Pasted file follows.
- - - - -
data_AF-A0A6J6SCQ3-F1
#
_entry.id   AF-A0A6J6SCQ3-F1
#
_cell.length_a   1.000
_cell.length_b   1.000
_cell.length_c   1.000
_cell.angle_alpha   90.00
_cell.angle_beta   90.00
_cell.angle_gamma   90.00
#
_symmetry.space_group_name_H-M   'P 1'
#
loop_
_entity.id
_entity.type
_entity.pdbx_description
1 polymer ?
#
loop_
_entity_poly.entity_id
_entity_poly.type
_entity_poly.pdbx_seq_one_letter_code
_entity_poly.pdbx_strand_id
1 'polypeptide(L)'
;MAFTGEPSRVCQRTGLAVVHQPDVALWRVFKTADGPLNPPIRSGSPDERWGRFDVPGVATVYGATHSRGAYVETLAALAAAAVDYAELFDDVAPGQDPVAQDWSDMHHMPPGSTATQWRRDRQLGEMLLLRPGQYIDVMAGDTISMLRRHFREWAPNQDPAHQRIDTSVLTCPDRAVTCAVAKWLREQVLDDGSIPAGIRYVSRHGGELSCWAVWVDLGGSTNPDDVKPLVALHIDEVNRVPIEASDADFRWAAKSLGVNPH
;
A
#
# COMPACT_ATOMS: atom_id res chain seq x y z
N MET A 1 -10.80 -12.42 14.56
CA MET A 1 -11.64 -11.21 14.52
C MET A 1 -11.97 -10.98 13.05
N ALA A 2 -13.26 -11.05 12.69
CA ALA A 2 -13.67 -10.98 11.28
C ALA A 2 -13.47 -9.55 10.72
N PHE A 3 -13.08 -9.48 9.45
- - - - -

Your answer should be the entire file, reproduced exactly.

data_AF-A0A6J6SCQ3-F1
#
_entry.id   AF-A0A6J6SCQ3-F1
#
_cell.length_a   1.000
_cell.length_b   1.000
_cell.length_c   1.000
_cell.angle_alpha   90.00
_cell.angle_beta   90.00
_cell.angle_gamma   90.00
#
_symmetry.space_group_name_H-M   'P 1'
#
loop_
_entity.id
_entity.type
_entity.pdbx_description
1 polymer ?
#
loop_
_entity_poly.entity_id
_entity_poly.type
_entity_poly.pdbx_seq_one_letter_code
_entity_poly.pdbx_strand_id
1 'polypeptide(L)'
;MAFTGEPSRVCQRTGLAVVHQPDVALWRVFKTADGPLNPPIRSGSPDERWGRFDVPGVATVYGATHSRGAYVETLAALAAAAVDYAELFDDVAPGQDPVAQDWSDMHHMPPGSTATQWRRDRQLGEMLLLRPGQYIDVMAGDTISMLRRHFREWAPNQDPAHQRIDTSVLTCPDRAVTCAVAKWLREQVLDDGSIPAGIRYVSRHGGELSCWAVWVDLGGSTNPDDVKPLVALHIDEVNRVPIEASDADFRWAAKSLGVNPH
;
A
#
# COMPACT_ATOMS: atom_id res chain seq x y z
N MET A 1 -10.80 -12.42 14.56
CA MET A 1 -11.64 -11.21 14.52
C MET A 1 -11.97 -10.98 13.05
N ALA A 2 -13.26 -11.05 12.69
CA ALA A 2 -13.67 -10.98 11.28
C ALA A 2 -13.47 -9.55 10.72
N PHE A 3 -13.08 -9.48 9.45